[Writer's Choice] North Korea's Nuclear Pledge 'Revealed' by Stephen Biegun

Jay Yim, Feb. 1, 2019, 11:09 a.m.

According to US special envoy for North Korea, Stephen Biegun, North Korea has made a pledge to destroy all of its nuclear material enrichment facilities.

He said the promise had been made to US Secretary of State Mike Pompeo back in October when Pompeo visited North Korea.

Pyongyang, however, has not confirmed a pledge as such was ever made.

Biegun added that North Korea must provide a complete list of its nuclear assets before any deal can be reached.

North Korea has more than one undeclared nuclear fuel enrichment site other than Yongbyon (north of Pyongyang), experts believe, and also question how destroying these facilitiies could be verified in full.

President Donald Trump made a claim previously on the "tremendous progress" in talks between North Korea and the US.

In the Oval Office on Thursday, Trump said he will soon announce the date and location of the planned second meeting with Kim Jong Un.

The two met in Singapore last year, which was the first meeting between a sitting US president and a North Korean leader. They signed an optimistic but vague declaration of their promise to denuclearisation.

However, little progress has been made since then.

Biegun has been Washington's top envoy to North Korea for five months. However, for the first time, he gave a detailed speech on his approach at Standford University in California.

Biegun said, "We're not going to invade North Korea. We are not seeking to topple the regime."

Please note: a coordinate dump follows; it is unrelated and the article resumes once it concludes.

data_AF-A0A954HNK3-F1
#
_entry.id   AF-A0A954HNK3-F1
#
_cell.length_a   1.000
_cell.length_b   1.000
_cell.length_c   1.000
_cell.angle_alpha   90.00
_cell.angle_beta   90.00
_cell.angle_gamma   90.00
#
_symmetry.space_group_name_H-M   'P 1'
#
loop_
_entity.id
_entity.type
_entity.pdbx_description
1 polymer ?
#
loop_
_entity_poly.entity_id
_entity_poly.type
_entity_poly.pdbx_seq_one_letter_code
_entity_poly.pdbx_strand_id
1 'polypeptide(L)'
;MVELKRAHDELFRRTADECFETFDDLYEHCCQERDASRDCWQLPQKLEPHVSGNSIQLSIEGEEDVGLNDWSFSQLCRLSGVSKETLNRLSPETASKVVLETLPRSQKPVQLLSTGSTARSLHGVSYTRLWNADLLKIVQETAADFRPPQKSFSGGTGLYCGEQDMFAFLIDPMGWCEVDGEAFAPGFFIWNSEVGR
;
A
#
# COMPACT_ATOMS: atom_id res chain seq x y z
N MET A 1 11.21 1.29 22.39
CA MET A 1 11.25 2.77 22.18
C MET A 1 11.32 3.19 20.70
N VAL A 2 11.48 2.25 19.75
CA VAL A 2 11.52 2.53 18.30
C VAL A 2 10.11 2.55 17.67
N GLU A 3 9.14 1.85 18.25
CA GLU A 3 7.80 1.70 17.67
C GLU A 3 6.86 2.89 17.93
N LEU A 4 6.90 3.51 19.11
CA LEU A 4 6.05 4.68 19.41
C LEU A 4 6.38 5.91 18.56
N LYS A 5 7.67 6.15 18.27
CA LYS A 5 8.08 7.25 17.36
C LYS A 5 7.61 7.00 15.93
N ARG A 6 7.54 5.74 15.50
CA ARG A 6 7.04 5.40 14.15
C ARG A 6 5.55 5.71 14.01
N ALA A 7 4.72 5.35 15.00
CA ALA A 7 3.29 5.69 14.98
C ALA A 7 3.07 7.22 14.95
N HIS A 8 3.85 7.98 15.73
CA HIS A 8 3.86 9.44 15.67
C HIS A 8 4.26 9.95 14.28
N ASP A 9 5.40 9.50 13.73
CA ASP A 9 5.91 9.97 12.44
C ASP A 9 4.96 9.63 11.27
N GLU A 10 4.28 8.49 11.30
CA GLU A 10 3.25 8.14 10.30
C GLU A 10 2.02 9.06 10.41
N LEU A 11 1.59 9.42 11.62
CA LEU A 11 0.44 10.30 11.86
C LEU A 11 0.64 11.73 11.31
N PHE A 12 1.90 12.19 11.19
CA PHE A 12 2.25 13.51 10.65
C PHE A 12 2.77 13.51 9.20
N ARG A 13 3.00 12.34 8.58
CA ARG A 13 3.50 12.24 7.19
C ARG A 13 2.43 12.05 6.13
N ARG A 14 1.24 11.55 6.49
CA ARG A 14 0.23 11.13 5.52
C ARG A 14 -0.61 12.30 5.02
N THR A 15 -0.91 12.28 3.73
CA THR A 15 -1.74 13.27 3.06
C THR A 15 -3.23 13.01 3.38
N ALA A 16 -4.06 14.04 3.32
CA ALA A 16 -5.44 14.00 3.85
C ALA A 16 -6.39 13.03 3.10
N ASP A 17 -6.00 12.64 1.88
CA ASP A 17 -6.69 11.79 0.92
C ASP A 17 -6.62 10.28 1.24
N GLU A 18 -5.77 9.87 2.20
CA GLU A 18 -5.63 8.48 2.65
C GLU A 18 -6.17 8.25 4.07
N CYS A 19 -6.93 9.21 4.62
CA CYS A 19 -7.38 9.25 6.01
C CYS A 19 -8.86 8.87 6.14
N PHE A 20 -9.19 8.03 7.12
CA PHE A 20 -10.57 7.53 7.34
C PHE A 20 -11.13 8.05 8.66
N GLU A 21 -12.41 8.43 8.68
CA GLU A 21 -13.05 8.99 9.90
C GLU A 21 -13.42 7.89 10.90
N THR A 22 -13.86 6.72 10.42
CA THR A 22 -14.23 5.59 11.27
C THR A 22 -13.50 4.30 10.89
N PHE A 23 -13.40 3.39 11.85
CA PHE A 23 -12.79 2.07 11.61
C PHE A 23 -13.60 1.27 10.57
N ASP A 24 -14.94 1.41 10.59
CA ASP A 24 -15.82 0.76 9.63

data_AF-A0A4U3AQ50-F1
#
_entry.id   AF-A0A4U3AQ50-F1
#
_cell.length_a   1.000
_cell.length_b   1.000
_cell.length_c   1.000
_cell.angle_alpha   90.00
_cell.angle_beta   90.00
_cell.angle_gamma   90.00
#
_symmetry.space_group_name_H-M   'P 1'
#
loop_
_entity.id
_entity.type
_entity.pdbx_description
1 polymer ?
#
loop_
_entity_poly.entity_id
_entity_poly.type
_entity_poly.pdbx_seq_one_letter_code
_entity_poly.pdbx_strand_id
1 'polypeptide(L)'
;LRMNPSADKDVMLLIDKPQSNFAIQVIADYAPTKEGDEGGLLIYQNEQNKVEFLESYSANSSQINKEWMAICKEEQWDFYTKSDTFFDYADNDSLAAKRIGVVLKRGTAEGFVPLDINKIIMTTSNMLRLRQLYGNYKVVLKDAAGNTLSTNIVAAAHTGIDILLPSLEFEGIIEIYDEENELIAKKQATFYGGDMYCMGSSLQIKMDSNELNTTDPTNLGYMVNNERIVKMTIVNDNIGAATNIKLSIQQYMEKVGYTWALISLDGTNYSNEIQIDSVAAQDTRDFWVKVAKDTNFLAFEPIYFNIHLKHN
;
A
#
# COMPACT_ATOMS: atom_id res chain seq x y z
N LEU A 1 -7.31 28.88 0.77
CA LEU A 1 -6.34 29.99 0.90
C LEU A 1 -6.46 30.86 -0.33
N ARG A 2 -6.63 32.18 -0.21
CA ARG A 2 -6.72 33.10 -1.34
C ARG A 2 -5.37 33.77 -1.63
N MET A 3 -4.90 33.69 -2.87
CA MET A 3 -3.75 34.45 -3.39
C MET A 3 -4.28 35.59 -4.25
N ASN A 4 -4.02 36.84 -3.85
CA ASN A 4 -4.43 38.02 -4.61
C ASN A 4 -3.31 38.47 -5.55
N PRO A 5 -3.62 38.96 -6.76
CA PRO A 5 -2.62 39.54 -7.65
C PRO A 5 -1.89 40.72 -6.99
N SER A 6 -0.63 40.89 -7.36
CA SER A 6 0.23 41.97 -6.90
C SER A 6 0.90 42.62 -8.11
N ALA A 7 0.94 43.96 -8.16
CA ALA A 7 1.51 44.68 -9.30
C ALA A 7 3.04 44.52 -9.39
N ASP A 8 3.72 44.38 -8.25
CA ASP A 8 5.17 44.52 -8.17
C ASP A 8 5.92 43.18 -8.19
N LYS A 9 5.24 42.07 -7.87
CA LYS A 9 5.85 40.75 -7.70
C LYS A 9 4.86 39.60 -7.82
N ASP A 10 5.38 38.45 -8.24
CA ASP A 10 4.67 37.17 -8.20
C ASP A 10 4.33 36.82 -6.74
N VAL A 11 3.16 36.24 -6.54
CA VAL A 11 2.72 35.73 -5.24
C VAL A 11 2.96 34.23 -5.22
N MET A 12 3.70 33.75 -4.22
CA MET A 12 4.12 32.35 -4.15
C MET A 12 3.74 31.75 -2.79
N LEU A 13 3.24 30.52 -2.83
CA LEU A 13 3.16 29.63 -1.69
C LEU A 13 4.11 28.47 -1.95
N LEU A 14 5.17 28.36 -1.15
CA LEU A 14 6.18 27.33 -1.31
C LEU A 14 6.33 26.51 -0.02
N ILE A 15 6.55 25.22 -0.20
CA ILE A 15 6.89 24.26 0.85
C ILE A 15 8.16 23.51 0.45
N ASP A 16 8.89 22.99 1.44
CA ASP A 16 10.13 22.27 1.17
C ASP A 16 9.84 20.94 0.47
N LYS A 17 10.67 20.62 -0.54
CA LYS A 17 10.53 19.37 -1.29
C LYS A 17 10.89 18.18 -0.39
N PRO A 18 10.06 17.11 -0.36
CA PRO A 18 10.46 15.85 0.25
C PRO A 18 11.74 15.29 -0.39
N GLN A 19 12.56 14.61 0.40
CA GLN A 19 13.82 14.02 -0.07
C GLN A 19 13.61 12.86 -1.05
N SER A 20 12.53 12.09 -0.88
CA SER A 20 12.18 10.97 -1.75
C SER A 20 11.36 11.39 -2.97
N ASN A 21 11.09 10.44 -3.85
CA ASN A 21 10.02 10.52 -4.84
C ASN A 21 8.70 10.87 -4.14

Biegun will be going to South Korea on Sunday before he meets North Korean officials. He claimed that Washington is willing to discuss a range of trust-building measures with Pyongyang.

According the Biegun, Kim Jong Un had committed to "the dismantlement and destruction" of all of its plutonium and uranium facilities, which provide the necessary materials for their nuclear weapons.

But Biegun reiterated how the US will not lift their sanctions until the denuclearisation of the North is complete, demanding "a complete understanding of the full extent of the North Korean WMD (weapons of mass destruction) and missile programmes through a comprehensive declaration."

He indicated, however, that the US could provide assitance in other ways, saying, 'We did not say we will not do anything until you do everything."

He added that the North and the US do not have a shared defintion of what denuclearisation actually means.

"We do not have a specific and agreed definition of what final, fully verified denuclearisation or comprehensive, verifiable, irreversible denuclearisation - whatever your preferred term of art - is," Biegun said.

Biegun went on to say that no discussion with North Korea on the 28,500 US military personnel stationed in South Korea and their withdrawal as a concessional move has been made.

North Korea has always said that its nuclecar programme has been essential to the country's survival and will never unilaterally give them up unless nuclear threat from the US no longer exists.

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